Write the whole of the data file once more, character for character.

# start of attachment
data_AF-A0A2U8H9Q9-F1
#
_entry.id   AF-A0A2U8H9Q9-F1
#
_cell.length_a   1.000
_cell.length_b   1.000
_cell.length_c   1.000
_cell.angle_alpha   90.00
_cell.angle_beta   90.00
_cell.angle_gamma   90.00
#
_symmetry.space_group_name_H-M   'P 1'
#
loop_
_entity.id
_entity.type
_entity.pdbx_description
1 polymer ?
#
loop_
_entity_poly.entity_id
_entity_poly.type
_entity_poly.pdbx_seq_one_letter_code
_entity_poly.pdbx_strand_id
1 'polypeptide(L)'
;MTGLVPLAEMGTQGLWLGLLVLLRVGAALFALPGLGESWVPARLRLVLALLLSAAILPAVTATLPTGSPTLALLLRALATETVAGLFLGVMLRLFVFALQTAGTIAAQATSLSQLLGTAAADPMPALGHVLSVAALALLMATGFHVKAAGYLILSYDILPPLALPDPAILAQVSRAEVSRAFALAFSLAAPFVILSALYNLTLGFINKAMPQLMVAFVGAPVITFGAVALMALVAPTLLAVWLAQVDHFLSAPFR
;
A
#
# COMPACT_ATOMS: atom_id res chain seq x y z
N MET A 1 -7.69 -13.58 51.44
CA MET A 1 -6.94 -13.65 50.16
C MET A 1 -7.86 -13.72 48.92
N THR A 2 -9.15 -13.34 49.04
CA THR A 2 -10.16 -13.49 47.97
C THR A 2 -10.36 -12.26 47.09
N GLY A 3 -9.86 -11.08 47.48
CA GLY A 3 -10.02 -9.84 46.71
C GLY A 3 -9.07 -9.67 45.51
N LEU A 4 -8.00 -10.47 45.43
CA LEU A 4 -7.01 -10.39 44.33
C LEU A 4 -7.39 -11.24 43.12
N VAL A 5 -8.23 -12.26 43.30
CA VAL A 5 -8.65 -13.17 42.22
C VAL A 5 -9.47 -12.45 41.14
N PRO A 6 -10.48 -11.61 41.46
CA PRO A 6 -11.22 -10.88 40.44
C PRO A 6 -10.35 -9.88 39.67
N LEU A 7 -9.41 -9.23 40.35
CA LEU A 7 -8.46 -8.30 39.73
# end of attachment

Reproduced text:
data_AF-A0A2U8H9Q9-F1
#
_entry.id   AF-A0A2U8H9Q9-F1
#
_cell.length_a   1.000
_cell.length_b   1.000
_cell.length_c   1.000
_cell.angle_alpha   90.00
_cell.angle_beta   90.00
_cell.angle_gamma   90.00
#
_symmetry.space_group_name_H-M   'P 1'
#
loop_
_entity.id
_entity.type
_entity.pdbx_description
1 polymer ?
#
loop_
_entity_poly.entity_id
_entity_poly.type
_entity_poly.pdbx_seq_one_letter_code
_entity_poly.pdbx_strand_id
1 'polypeptide(L)'
;MTGLVPLAEMGTQGLWLGLLVLLRVGAALFALPGLGESWVPARLRLVLALLLSAAILPAVTATLPTGSPTLALLLRALATETVAGLFLGVMLRLFVFALQTAGTIAAQATSLSQLLGTAAADPMPALGHVLSVAALALLMATGFHVKAAGYLILSYDILPPLALPDPAILAQVSRAEVSRAFALAFSLAAPFVILSALYNLTLGFINKAMPQLMVAFVGAPVITFGAVALMALVAPTLLAVWLAQVDHFLSAPFR
;
A
#
# COMPACT_ATOMS: atom_id res chain seq x y z
N MET A 1 -7.69 -13.58 51.44
CA MET A 1 -6.94 -13.65 50.16
C MET A 1 -7.86 -13.72 48.92
N THR A 2 -9.15 -13.34 49.04
CA THR A 2 -10.16 -13.49 47.97
C THR A 2 -10.36 -12.26 47.09
N GLY A 3 -9.86 -11.08 47.48
CA GLY A 3 -10.02 -9.84 46.71
C GLY A 3 -9.07 -9.67 45.51
N LEU A 4 -8.00 -10.47 45.43
CA LEU A 4 -7.01 -10.39 44.33
C LEU A 4 -7.39 -11.24 43.12
N VAL A 5 -8.23 -12.26 43.30
CA VAL A 5 -8.65 -13.17 42.22
C VAL A 5 -9.47 -12.45 41.14
N PRO A 6 -10.48 -11.61 41.46
CA PRO A 6 -11.22 -10.88 40.44
C PRO A 6 -10.35 -9.88 39.67
N LEU A 7 -9.41 -9.23 40.35
CA LEU A 7 -8.46 -8.30 39.73